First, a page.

Letter, April 5, 1972, Dean C. Gross, State Librarian, Topeka, Kansas.

Dear Mr. Gross:

You state that you have discovered that certain municipal governments in this State which have no public library within their boundaries are levying a tax for public libraries. In all cases, the income from these levies is not used to support library systems or any other library services, but, you indicated, is apparently being used for other purposes. You ask our recommendations regarding any steps you may take.

Levies for library purposes are authorized by a number of statutes distributed throughout K.S.A. 12-1215 authorizes a levy in all cities with a population between 35,000 and 150,000 persons, in which a free public library has been established as provided by law. Mill levy limits for cities of varying population classifications are found at K.S.A. 79-1948 et seq. K.S.A. 14-138a, -438b and 438d, relating to library levies for certain cities of the second class, were repealed in 1969. L. 1969, ch. 108.

The principal question raised by the facts you describe arises under the budget law, K.S.A. 79-2934, which provides in pertinent part as follows:

"The budget as approved and filed with the county clerk for each year shall constitute and shall hereafter be declared to be an appropriation for each fund, and the appropriation thus made shall not be used for any other purpose . . . .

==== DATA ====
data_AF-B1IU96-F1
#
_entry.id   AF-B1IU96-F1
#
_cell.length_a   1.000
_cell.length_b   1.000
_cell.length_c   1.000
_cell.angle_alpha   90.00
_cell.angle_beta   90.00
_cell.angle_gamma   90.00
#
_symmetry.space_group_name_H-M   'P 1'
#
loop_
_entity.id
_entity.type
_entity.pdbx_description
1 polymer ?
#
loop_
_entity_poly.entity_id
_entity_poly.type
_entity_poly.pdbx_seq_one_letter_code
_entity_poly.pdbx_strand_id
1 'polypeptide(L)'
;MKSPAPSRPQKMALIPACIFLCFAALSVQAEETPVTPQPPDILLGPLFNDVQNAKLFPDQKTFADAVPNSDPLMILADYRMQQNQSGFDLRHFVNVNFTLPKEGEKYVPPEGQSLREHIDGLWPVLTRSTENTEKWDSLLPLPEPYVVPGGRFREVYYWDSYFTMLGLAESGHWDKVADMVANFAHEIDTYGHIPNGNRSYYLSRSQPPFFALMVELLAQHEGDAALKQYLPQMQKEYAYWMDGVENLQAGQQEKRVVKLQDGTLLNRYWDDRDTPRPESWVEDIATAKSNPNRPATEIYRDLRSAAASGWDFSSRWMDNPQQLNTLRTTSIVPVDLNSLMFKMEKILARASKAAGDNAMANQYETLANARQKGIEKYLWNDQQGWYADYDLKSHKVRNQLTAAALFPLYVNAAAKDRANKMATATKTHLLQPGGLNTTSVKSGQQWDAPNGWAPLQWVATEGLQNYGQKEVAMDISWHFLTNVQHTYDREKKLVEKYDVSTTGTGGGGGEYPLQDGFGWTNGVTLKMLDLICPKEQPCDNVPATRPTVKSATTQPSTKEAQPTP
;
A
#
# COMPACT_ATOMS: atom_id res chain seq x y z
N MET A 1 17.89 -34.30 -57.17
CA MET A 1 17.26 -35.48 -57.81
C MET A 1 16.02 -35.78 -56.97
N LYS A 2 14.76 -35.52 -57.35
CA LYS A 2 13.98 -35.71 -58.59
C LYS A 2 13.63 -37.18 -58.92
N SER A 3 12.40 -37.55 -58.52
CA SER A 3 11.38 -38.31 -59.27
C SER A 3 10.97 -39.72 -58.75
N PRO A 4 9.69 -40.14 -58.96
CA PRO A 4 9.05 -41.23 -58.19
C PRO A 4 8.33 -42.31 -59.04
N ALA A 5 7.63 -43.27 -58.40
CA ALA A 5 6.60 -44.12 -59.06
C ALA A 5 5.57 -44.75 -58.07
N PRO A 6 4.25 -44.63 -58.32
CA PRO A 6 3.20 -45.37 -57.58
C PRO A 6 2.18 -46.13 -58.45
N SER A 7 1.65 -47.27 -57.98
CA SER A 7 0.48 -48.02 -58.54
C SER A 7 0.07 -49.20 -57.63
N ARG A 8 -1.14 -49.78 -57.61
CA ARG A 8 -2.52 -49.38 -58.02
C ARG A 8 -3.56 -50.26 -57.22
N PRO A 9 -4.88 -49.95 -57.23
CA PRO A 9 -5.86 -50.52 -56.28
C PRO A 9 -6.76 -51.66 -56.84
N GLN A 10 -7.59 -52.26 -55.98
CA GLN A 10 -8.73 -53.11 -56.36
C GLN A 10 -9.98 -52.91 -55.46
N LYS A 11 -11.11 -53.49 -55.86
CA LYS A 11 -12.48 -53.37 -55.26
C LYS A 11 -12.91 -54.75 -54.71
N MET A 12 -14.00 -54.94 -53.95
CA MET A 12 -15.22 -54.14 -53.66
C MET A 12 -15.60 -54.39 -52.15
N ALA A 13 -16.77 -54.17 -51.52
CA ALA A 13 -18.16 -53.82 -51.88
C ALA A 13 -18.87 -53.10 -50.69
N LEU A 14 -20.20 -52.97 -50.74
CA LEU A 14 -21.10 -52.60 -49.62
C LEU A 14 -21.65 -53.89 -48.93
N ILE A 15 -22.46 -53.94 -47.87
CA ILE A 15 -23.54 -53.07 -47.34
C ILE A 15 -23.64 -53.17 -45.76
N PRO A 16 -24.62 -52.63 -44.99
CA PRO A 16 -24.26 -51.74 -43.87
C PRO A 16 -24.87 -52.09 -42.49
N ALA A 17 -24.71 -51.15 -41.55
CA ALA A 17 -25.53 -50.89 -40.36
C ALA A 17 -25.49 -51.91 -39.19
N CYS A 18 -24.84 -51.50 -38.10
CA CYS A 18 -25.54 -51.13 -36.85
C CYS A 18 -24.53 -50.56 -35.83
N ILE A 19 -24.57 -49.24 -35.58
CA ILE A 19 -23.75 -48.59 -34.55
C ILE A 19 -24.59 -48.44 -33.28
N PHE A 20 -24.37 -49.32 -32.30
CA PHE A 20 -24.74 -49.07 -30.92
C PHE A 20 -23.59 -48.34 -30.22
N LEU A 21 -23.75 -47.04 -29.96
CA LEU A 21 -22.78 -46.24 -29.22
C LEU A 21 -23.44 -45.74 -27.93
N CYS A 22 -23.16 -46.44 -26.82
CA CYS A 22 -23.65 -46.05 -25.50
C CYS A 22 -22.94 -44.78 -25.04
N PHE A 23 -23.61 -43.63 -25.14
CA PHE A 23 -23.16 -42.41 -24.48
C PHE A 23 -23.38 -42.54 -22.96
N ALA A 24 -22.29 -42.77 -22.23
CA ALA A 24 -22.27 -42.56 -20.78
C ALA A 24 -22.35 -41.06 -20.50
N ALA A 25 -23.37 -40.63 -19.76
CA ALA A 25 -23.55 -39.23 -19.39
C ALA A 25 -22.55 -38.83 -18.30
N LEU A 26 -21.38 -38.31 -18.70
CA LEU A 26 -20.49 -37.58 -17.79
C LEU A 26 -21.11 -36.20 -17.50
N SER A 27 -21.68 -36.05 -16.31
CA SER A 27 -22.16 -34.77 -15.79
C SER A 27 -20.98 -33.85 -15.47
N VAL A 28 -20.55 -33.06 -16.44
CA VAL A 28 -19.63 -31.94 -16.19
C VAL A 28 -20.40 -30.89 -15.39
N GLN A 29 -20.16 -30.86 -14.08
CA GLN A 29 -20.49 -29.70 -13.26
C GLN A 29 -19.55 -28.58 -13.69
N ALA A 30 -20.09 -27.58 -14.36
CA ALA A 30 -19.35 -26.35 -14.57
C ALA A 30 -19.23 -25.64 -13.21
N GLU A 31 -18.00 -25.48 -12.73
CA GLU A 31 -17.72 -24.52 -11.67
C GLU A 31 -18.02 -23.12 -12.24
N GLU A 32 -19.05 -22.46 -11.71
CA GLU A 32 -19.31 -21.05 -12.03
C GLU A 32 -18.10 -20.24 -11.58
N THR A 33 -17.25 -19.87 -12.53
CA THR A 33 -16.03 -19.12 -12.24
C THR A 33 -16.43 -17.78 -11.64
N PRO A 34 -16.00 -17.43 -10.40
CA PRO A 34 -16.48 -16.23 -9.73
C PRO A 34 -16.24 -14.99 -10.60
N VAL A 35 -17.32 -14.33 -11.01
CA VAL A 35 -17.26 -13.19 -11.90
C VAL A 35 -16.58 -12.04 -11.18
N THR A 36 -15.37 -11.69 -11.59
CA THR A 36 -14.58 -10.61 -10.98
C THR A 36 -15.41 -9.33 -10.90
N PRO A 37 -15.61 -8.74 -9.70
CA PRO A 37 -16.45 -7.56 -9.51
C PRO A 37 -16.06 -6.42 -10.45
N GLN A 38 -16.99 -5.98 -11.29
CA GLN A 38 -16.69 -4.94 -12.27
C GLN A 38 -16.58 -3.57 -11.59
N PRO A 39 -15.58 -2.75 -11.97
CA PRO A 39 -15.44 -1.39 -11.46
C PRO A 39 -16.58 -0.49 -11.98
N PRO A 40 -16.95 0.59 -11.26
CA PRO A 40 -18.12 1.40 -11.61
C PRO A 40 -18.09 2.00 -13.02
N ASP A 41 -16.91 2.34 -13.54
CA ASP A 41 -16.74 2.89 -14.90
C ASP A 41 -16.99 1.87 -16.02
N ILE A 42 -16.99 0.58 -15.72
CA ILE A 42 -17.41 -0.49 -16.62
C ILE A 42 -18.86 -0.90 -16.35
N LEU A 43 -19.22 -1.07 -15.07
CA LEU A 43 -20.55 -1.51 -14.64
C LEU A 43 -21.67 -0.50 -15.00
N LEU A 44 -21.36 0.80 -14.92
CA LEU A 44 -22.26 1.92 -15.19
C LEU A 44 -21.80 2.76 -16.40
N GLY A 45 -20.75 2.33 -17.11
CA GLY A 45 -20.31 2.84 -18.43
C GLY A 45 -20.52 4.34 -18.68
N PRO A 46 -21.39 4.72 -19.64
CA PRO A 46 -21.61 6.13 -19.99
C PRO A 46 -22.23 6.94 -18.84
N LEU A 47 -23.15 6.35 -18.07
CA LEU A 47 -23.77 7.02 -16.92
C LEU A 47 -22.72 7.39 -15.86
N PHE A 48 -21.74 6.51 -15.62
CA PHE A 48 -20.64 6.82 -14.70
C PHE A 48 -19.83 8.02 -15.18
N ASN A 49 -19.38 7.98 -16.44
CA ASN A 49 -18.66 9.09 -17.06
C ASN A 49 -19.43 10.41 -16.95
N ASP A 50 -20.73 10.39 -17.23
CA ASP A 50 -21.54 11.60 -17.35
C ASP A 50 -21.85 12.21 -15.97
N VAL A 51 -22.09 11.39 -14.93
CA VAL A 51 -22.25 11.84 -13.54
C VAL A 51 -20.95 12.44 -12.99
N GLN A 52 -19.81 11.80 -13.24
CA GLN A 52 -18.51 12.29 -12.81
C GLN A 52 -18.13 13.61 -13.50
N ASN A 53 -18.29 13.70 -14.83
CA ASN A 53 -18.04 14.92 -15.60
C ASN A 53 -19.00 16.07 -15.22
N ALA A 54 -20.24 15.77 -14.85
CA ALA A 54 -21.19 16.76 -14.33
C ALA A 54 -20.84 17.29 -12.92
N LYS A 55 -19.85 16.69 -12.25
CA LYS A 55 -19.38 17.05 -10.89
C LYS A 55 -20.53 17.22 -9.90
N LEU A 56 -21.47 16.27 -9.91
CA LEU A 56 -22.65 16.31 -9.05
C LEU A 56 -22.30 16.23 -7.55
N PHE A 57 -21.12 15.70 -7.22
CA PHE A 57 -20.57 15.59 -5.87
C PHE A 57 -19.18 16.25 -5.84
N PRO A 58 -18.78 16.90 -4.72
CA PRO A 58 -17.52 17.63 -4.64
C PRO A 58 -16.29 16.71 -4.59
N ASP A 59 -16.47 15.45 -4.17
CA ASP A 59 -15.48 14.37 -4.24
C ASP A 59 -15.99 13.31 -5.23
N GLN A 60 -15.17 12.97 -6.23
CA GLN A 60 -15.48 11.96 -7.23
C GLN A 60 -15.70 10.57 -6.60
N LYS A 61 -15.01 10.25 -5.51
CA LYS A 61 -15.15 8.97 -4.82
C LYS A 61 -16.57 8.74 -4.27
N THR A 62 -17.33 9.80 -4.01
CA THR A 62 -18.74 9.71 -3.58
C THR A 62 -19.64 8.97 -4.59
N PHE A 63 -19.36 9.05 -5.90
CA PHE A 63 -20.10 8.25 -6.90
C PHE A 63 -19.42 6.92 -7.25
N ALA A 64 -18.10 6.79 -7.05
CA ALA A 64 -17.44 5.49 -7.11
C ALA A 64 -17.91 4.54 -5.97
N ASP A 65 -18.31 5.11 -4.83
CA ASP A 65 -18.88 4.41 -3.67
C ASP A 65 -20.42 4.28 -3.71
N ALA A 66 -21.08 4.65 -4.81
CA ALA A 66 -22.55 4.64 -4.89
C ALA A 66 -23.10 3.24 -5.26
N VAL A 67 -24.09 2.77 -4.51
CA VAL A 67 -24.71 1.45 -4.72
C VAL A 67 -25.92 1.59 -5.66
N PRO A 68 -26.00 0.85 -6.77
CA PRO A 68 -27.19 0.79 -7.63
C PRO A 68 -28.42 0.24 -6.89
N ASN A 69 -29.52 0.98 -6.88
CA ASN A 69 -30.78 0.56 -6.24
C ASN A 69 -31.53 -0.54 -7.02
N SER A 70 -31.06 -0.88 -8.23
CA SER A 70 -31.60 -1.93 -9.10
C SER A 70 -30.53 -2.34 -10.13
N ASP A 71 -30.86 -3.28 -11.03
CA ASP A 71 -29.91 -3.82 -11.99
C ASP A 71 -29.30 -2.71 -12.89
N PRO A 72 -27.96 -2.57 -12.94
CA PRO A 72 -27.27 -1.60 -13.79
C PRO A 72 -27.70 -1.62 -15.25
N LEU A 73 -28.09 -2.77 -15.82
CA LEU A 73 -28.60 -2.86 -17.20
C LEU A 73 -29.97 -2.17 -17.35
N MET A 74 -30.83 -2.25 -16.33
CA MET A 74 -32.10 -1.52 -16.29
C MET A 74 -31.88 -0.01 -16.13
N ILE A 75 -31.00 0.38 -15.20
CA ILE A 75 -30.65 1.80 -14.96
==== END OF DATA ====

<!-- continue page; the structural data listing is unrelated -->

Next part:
"No part of any fund shall be diverted to any other fund, whether before or after the distribution of taxes by the county treasurer, except as provided by law."
If moneys derived from a levy authorized for library services alone is being diverted to other purposes, a serious question arises whether the budget law has been disregarded and violated. Violation therof subjects any member of the governing body to removal from office. K.S.A. 79-2936.

I would appreciate it if you would bring the information which you have to the attention of Mr. George Yandell, Director of Municipal Audits, in the office of Mr. Clay Hedrick, State Auditor, for his consideration. If there are grounds to believe that violations by calling the matter to the attention of the responsible governing officials. This office will be happy to direct inquires to the appropriate municipal officers on the basis of any information which you provide us. One of my assistants, John R. Martin, will be happy to visit with you regarding this matter at your convenience.
Quoted from Kansas Public Library Laws, Attorney General’s Opinions and Rules and Regulations, State Library of Kansas, March 1979.


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